Trout Lily: Photogenic and Useful
Katja Schulz from Washington, D. C., USA, CC BY 2.0 via Wikimedia Commons
Trout lily, a plant with stunning yellow flowers that bloom in the early spring, is quite photogenic. Large colonies of trout lilies can entirely blanket the forest floor as they mature. The colonies take a very long time to grow to this magnitude and can be hundreds of years old.
Naturalize in moist soils in shaded areas of native plant gardens, shade gardens, woodland gardens or wild/naturalized areas. Also grows well in pond or stream banks or in shady areas of rock gardens.
Quick Growing Guide
Botanical Name: Erythronium americanum
En français: Érythrone d’Amérique
See More Plants in this Botanical Family:
Sun / Shade:
Water: Medium water required
According to legend, the Trout Lily’s speckled leaves look like the patterns on trout. The majority of populations are predominately composed of non-flowering individuals. The Cherokee used to crush the warmed leaves and then applied the juice to open wounds.
Growing Trout Lily
It is ideal for planting trout lilies in areas where they can grow naturally. Plant them 2 to 4 inches apart, and 5 inches deep for a colony look. Avoid damaging the offset corms that grow when weeding around it because they are the seed for new plants.
Trout lily has a good relationship with ants. They distribute the seeds and aid the plant in naturalizing—many ants in or around the plants is a positive sign. Leave the foliage in situ as a natural mulch throughout the winter once it dies back in the summer.
An east-facing site with morning sun is ideal for cultivating trout lilies. Trout lily naturally grows beneath deciduous trees like oaks and maples in its natural habitat. This location offers plenty of sunlight in the early spring before the trees have finished shedding their leaves, which the plants require to flourish and bloom. Later, a perfect location provided summertime dappled shadow to
shield the plant from the scorching midday and afternoon sun.
Any humus-rich, light, wet soil, like the soil in its natural habitat, is suitable for growing trout lilies. Dense garden soils need to be heavily modified with peat moss or compost to provide the appropriate atmosphere. Acidic soil should have a pH of less than 6.
During the plant’s spring growing season, it requires moisture, roughly 1 inch of rain, or irrigation-provided water each week. After entering dormancy in the summer, trout lily needs drier circumstances and doesn’t require watering.
Temperature and Humidity
In hardiness zones 3 to 8, yellow trout lilies can survive temperatures as low as minus 30 degrees Fahrenheit. This plant, which is a native of woodlands and wet meadows, can withstand humidity but cannot withstand extremely hot, dry weather.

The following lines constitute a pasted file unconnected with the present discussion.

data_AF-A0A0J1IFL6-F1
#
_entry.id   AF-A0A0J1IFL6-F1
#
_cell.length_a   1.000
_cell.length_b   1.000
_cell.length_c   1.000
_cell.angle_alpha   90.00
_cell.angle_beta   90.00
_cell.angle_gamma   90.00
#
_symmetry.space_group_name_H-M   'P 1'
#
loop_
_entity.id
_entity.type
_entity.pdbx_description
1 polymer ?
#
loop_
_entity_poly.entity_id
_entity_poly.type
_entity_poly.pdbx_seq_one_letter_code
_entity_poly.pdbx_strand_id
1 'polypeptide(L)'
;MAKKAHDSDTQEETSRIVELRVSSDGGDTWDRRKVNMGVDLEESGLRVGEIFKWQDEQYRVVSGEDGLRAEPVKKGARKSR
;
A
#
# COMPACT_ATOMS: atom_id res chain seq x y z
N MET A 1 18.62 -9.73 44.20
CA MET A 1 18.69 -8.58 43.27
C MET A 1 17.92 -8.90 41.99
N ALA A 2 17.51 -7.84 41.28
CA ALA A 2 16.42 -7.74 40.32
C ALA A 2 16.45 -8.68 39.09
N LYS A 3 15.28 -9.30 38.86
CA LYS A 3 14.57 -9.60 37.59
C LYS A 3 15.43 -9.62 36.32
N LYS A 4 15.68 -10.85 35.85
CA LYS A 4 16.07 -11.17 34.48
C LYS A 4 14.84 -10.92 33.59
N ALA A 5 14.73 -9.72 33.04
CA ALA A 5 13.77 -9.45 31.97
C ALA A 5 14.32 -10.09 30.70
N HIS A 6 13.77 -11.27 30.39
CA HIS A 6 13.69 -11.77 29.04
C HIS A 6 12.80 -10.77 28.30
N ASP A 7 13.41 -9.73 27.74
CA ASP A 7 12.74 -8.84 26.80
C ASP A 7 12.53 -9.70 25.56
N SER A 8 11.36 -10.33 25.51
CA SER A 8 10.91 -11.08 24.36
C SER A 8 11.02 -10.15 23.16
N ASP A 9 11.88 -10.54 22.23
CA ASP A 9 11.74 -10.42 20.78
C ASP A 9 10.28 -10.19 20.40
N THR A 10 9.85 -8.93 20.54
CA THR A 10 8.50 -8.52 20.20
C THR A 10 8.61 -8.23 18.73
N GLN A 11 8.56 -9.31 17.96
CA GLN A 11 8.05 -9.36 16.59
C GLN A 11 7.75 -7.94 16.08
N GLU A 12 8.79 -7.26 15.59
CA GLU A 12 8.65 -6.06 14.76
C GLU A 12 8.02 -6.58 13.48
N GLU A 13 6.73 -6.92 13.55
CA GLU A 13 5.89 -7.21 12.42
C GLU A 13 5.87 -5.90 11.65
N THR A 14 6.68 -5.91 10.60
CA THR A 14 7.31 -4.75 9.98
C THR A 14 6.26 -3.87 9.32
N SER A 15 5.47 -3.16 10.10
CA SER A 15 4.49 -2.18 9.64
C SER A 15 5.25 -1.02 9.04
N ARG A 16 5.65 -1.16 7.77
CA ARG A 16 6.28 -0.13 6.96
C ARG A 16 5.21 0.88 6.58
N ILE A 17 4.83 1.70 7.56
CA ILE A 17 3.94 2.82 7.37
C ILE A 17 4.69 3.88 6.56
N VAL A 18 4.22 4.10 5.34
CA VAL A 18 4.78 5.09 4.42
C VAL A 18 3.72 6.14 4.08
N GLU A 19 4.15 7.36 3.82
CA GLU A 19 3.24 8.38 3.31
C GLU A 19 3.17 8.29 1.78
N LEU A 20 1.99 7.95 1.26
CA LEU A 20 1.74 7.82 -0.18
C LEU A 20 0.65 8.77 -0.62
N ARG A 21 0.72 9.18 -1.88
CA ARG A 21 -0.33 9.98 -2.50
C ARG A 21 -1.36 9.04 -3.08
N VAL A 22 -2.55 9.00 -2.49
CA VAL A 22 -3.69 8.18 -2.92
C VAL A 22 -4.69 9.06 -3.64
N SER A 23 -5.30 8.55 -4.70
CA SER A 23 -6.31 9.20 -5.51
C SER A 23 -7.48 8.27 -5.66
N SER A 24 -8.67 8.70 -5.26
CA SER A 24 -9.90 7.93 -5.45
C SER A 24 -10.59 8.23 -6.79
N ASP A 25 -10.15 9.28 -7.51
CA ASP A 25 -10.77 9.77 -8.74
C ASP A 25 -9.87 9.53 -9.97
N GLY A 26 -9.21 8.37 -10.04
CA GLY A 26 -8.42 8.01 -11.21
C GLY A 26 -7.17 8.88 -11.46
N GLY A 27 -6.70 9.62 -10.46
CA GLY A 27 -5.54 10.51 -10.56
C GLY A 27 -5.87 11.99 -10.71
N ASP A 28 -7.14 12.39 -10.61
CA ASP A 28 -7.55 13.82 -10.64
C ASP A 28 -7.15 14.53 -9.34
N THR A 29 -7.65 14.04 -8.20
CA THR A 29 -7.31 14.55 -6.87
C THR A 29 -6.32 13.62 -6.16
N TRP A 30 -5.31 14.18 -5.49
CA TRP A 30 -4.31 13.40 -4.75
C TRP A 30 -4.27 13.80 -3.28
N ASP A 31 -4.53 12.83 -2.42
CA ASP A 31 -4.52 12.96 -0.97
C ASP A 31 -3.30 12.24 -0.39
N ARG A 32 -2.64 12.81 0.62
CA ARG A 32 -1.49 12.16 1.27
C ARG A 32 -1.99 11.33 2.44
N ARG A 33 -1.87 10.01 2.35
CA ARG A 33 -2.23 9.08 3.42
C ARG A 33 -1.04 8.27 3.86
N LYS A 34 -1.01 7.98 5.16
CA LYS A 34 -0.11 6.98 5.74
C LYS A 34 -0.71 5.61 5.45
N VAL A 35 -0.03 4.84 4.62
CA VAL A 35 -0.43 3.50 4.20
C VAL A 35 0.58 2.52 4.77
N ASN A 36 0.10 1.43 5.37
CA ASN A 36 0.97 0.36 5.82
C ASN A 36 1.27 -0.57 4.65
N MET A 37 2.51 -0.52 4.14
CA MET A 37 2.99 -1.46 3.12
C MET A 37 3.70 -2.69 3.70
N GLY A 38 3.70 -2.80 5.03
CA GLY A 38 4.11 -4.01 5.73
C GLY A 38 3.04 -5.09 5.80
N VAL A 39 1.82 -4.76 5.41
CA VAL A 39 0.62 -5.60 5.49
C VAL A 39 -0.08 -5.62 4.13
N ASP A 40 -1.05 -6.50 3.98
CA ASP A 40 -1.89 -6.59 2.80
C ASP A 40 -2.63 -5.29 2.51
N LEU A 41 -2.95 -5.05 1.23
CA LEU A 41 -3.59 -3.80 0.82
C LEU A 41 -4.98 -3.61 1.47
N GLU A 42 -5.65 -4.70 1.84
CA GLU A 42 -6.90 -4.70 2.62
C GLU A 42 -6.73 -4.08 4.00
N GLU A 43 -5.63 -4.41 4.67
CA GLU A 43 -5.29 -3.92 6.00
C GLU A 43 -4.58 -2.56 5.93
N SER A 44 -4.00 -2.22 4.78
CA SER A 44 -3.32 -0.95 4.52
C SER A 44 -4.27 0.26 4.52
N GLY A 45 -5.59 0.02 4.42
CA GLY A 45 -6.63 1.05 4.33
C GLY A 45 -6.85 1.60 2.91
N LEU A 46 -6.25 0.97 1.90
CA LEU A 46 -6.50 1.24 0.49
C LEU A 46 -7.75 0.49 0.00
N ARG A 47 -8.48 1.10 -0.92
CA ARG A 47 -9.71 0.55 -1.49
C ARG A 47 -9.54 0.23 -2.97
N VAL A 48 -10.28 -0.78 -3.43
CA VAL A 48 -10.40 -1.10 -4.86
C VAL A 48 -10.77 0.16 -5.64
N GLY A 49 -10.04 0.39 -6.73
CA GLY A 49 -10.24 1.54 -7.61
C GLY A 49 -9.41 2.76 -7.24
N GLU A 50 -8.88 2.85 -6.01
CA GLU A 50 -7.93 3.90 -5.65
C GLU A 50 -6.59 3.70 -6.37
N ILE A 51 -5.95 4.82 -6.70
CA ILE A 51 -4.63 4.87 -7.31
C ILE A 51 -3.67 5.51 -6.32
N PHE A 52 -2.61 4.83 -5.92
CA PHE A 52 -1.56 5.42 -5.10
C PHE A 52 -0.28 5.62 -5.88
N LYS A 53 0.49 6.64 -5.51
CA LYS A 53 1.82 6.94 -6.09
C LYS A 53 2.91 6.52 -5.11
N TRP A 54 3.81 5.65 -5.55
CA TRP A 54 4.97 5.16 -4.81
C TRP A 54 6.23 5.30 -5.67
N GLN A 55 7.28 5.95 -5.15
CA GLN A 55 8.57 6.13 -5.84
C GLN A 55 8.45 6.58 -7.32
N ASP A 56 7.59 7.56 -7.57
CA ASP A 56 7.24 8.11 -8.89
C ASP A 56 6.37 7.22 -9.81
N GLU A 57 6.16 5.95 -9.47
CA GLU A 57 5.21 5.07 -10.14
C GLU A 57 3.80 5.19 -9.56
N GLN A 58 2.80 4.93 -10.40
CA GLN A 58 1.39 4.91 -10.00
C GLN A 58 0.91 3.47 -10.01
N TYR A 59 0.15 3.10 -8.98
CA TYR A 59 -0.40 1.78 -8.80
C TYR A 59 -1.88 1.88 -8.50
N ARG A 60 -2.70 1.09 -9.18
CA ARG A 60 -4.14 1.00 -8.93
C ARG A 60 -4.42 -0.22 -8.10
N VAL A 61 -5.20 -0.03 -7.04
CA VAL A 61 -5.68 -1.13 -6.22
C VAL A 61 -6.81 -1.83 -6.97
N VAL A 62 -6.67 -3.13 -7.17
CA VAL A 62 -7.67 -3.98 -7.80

If this plant is put in rich, humus-rich soil, it won’t require additional fertilizer. Instead, add more organic matter to the top dressing each spring before the commencement of new growth.
USDA zones 3-9 are ideal for growing trout lilies. Cut the bell-shaped, downward-facing blossoms, and bring them inside to use in a vase or an arrangement. With their spectacular blossoms of yellow or white in the early spring, these amazing plants, when left undisturbed, can develop clusters or colonies on their own and are guaranteed to make a fabulous prospect for your garden.
This plant is a terrific option if you need a ground cover for regions that get a lot of shade or if you have low-light areas that you want to brighten up with some color in the spring.
One of this beauty’s best qualities is that it typically blooms earlier than most other perennials, and even when it is not in full spring bloom, during the summer and fall seasons, this plant’s mottled leaves are beautiful in their own way.
Growing From Seed
Cultivating yellow trout lilies from seeds can take up to five or six years to produce mature flowering plants. Thus, it’s rarely done except by hybridizers and highly serious amateur experimenters. However, you can direct sow seeds just as the seed capsules split in the summer if you have enough area to grow a colony of yellow trout lilies.
No seedlings will be visible during the first season, but you’ll probably notice the grass-like seedlings emerging the following spring. But it will take the plants at least two years to become recognized and another two to three years for the plants to bloom.
Are Trout Lily edible?
Both a medicinal and culinary plant, trout lily. The blooms are slightly caustic and have a small sweetness from their nectar, while the leaves have a very faint flavor. The edible corms, which taste like cucumbers, are also edible.
It is advised against consuming a lot of trout lilies in one sitting because they are emetic (cause nausea and vomiting). You can eat this plant as a trail snack or add it to a salad. Flowers, leaves, or corm can all be used to brew tea.
Only woods in eastern Canada and the United States support the growth of trout lilies. They can also be found in a few forested locations in Asia and Europe.